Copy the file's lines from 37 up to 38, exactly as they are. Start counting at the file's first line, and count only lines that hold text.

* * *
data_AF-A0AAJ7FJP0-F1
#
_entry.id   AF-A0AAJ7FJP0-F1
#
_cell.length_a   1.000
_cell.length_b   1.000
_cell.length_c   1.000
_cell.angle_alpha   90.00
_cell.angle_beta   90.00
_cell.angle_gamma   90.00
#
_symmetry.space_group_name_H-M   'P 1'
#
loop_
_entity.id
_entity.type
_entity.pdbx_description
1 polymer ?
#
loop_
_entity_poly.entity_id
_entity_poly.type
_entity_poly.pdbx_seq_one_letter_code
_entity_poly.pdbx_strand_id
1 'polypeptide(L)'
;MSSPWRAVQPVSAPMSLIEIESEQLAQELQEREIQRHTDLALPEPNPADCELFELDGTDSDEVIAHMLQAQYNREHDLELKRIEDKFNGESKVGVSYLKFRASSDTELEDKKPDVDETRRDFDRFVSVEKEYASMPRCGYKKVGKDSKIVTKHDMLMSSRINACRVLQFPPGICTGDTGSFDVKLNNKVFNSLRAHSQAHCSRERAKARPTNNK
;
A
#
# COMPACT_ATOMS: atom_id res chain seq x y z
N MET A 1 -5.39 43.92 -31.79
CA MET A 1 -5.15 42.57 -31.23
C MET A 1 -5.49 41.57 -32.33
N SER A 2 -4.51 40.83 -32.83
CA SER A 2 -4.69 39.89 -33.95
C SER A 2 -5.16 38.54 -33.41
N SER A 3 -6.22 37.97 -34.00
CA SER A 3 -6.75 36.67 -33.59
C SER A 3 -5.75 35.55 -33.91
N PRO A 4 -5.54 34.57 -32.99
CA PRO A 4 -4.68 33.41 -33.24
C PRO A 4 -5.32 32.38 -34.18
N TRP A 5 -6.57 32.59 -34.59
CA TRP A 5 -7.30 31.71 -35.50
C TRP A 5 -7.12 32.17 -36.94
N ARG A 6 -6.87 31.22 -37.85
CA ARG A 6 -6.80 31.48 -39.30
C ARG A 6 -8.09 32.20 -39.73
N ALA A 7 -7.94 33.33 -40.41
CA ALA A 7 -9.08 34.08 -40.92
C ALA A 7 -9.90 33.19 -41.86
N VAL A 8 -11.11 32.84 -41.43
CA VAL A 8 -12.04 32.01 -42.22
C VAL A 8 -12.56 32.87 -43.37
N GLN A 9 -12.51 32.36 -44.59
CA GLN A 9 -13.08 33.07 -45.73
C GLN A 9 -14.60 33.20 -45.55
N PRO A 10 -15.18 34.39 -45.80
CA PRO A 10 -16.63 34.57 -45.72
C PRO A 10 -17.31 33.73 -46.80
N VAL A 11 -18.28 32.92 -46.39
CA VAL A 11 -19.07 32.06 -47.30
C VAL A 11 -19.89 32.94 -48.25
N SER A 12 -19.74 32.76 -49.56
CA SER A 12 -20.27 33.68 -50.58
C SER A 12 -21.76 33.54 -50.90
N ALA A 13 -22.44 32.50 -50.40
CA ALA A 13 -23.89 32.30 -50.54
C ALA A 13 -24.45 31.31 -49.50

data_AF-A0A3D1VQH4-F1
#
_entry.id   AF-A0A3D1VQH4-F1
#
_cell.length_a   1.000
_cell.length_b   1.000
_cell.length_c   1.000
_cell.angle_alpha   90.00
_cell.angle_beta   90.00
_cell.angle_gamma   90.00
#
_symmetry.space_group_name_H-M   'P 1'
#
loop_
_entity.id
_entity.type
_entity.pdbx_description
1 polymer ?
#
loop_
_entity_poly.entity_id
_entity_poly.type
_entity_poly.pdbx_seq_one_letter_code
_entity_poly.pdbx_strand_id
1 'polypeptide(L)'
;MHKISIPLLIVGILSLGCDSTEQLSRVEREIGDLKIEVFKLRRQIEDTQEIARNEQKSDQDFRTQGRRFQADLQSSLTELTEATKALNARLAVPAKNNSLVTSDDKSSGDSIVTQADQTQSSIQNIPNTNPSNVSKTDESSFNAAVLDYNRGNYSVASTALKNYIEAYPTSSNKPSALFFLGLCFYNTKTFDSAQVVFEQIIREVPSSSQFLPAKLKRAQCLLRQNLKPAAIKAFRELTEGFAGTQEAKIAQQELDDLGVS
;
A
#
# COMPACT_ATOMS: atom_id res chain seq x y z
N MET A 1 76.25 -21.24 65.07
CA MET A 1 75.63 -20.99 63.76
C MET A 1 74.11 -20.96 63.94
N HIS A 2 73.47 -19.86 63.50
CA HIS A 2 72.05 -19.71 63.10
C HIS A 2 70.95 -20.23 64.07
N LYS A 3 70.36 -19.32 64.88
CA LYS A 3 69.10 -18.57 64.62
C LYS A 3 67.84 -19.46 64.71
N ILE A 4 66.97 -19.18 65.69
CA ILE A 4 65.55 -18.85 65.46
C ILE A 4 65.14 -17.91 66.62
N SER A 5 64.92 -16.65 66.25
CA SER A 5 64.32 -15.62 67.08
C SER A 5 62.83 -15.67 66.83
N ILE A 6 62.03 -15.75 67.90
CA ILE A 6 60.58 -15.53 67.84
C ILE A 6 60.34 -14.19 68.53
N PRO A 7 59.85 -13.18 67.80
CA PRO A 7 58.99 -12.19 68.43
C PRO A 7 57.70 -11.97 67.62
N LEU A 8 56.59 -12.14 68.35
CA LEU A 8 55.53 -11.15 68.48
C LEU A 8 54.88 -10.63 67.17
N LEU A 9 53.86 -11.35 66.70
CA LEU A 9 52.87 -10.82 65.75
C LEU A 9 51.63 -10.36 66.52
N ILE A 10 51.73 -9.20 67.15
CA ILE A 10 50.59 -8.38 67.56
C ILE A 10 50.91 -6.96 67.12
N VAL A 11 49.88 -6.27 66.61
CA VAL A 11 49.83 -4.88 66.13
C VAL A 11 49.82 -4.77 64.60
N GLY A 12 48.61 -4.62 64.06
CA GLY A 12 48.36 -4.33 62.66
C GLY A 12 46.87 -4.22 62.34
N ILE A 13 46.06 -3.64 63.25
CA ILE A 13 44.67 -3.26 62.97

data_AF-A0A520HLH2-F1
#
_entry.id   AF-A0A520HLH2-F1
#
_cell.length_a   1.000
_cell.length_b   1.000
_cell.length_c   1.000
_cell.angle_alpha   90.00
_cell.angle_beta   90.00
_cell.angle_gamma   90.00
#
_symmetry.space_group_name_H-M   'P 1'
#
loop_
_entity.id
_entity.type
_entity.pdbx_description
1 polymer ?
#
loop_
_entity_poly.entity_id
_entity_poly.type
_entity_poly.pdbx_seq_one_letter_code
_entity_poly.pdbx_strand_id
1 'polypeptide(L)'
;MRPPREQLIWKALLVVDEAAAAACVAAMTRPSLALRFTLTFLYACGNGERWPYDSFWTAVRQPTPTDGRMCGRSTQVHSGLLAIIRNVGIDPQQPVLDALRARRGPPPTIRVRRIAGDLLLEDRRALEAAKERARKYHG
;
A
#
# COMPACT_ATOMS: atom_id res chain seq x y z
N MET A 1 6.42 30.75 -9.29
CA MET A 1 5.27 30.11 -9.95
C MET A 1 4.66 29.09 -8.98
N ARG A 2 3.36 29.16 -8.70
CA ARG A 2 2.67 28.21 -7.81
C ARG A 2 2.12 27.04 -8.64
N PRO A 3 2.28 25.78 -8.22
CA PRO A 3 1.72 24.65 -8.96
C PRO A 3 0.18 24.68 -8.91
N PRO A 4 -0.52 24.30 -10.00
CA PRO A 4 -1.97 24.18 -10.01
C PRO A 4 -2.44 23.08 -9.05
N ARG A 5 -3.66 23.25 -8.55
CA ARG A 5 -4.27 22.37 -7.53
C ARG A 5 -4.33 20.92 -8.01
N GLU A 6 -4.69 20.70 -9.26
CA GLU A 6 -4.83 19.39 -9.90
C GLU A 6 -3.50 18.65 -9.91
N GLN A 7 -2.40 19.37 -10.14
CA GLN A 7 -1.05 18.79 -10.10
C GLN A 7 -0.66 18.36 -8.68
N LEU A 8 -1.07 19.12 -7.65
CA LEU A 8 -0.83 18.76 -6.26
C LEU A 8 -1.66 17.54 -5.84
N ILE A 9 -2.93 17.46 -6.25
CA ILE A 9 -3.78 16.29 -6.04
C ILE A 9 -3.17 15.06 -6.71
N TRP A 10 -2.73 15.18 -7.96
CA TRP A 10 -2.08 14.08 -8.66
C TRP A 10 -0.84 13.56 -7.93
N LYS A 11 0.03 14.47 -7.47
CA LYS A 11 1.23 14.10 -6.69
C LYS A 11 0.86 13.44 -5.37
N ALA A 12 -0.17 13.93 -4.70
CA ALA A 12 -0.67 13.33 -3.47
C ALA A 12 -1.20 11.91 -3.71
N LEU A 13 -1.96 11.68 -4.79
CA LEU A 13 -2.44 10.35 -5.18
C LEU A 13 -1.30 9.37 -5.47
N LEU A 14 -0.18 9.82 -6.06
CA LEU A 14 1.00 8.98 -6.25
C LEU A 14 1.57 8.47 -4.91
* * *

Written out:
N SER A 3 -6.22 37.97 -34.00
CA SER A 3 -6.75 36.67 -33.59